After 200-foot climb, Hersheypark's new coaster, the Skyrush, hits speeds of 75 mph
The Skyrush coaster at Hersheypark is one of three U.S. coasters that opened this year. The other two are in Dollywood in Tennessee and at Six Flags Great America outside Chicago.
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HERSHEY, Pa. -- Hersheypark's new Skyrush "super roller coaster" doesn't take long to give its 32 riders stomach-churning thrills.
Right out of the gate, it goes straight up at 26 feet per second along its bright yellow track. It needs just a few seconds to reach a dizzying height of 200 feet above the ground.
Then it drops straight down -- which takes just a couple of seconds, since it's speeding at 75 miles an hour -- banks sharply to the right, then takes a few more not-quite-so-drastic twists, turns and bumps before coming to a stop.
The ride lasts only 63 seconds. But excited passengers exiting the coaster on its first day loved the thrill, short as it was.
"Awesome -- that's about all I can say. It feels like you're flying," said Andy Zemba of suburban Harrisburg, a native of Mount Pleasant, Westmoreland County. Like everyone else who rode the coaster when it opened on Memorial Day weekend, Mr. Zemba and his son Matthew, 13, had a long wait in a line of several hundred riders.
"It was worth the wait in line," Matthew said. "It's really fun when you go through that giant dip. I want to come back and ride it again."
For the past several months, Hersheypark has been publicizing Skyrush, the first new coaster here in four years. It cost $25 million and took 14 months to build. Park officials say it's the "longest, highest and fastest" of the park's 12 roller coasters, which they say are the most of any amusement park in Pennsylvania.
The new coaster has a 3,600-foot-long track and eight rows of seating, each with four seats. Seats on the far left and far right don't have a floor -- a rider's feet just dangle in air -- but the seats in the middle two rows do.
"I couldn't breathe when we were going down that [200-foot] drop," said Lucas Row of suburban Harrisburg. "My eyes were totally open the whole time, and I couldn't stop screaming."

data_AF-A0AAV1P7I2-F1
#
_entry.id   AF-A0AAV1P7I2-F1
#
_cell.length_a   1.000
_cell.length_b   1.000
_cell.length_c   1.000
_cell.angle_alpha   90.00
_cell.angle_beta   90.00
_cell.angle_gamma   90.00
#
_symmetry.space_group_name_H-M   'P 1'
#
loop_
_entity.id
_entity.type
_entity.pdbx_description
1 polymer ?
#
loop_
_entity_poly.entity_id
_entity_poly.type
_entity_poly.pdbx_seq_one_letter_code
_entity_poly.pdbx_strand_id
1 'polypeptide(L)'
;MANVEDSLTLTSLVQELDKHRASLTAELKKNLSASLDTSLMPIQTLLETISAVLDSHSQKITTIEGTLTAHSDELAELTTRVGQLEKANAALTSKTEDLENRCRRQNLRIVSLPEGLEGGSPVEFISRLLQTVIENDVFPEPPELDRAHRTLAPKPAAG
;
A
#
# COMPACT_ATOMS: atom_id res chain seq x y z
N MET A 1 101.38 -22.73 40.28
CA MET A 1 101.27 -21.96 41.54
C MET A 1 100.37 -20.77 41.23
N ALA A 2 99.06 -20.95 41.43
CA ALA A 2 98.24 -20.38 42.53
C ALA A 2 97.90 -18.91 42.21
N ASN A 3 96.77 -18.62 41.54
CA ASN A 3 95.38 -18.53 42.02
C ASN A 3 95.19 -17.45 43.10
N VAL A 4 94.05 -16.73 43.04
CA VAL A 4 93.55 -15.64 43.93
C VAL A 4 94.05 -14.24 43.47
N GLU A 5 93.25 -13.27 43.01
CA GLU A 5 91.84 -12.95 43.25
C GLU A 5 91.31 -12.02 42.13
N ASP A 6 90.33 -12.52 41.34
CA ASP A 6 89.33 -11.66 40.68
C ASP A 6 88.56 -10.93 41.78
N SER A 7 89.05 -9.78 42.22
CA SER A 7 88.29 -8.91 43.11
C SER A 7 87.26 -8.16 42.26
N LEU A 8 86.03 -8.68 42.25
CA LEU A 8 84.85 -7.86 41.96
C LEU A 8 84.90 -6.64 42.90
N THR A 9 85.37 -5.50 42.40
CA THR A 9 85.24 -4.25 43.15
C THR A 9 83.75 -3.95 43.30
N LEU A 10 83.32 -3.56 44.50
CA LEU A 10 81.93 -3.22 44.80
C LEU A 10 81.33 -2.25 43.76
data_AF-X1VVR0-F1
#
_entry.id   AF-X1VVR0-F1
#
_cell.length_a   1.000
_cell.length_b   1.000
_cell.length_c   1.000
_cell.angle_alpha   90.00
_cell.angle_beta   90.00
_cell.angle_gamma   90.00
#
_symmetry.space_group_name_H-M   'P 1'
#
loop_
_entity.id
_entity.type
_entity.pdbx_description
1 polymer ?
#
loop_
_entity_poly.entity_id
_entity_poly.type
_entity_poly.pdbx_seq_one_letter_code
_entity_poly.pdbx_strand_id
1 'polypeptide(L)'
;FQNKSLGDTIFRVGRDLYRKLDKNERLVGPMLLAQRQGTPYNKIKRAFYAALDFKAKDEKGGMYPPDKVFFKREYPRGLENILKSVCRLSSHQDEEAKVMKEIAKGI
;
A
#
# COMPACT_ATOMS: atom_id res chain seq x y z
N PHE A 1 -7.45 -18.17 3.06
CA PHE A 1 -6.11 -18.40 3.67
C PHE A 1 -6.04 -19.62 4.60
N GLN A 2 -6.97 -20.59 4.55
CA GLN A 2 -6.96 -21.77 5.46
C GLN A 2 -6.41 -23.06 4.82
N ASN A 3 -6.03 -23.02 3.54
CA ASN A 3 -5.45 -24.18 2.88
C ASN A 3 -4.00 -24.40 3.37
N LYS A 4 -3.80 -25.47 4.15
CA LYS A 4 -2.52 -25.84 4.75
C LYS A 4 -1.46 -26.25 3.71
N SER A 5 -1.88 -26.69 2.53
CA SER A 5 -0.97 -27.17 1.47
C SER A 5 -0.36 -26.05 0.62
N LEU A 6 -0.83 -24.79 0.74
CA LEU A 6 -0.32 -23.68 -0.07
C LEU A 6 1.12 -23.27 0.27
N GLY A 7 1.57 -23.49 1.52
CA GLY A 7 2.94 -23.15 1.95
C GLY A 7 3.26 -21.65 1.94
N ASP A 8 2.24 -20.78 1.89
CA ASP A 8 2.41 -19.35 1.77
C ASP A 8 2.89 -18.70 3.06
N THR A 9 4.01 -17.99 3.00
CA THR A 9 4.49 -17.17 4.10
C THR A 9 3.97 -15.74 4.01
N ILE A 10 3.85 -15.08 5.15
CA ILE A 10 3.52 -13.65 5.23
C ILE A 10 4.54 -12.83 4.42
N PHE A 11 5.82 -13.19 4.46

On opening day, some riders showed up at 7 a.m., three hours before the park's 10 a.m. opening, just to be near the head of the line.
"We waited three hours, but it was worth it," said Yasline Caraballo, a young woman from the nearby town of Etters, York County.
"I've never seen lines of people like this, waiting to get into the park, even when we opened previous new coasters," said Hersheypark publicist Kathy Burrows.
On Skyrush's first day, the lines at most of the other 11 coasters were short, which "we attribute to Skyrush," she said.
"There's no way to describe it -- it's very smooth," said Chad Miller of Lebanon. He said he was lifted off his seat seven times during the ride.
"I liked how fast it was," said his friend, Lyn Lam of East Petersburg, Lancaster County. "It's like you are up and down [the dips] in no time."
Skyrush is one of three American coasters that opened this year as "a whole new breed, a mega-coaster with winged seating,'' Hersheypark officials said.
The other two are at Dollywood in Tennessee, a park created by country singer Dolly Parton, and at Six Flags Great America near Chicago.
"Winged seating" refers to the seats without floors, which let riders feel as if they are flying in air.
Those outside seats are "designed for the bravest of riders and offer a staggering 270-degree panoramic viewing perspective," park officials said in a statement.
Skyrush differs from the Dollywood and Chicago coasters in one major way: It has only lap restraints, not lap and shoulder restraints, because Skyrush doesn't make a 360-degree inversion -- a complete upside-down turn -- as the other two coasters do. So Hersheypark officials say a shoulder restraint isn't necessary.
Riders do undergo several 270-degree turns, however. Mr. Row said the ride is exciting as it is and "doesn't need [360-degree] loops. The speed makes up for it."
The lap restraint system "maximizes both safety and rider experience," park officials said.
Ms. Burrows has led the way on publicizing the new coaster, but her job has become much easier because of the huge growth in the use of social media, such as Facebook, Twitter and emails. Many people who have ridden Skyrush have told friends about it already through social media, she said.
"Everything has just gone viral" as people spread the word about the coasters online, she said. That's much different than it was just four years ago, when the last new coaster, the Fahrenheit, opened and social media weren't nearly as prevalent.
See full details about park hours and admission at www.hersheypark.com.
First Published June 10, 2012 12:00 am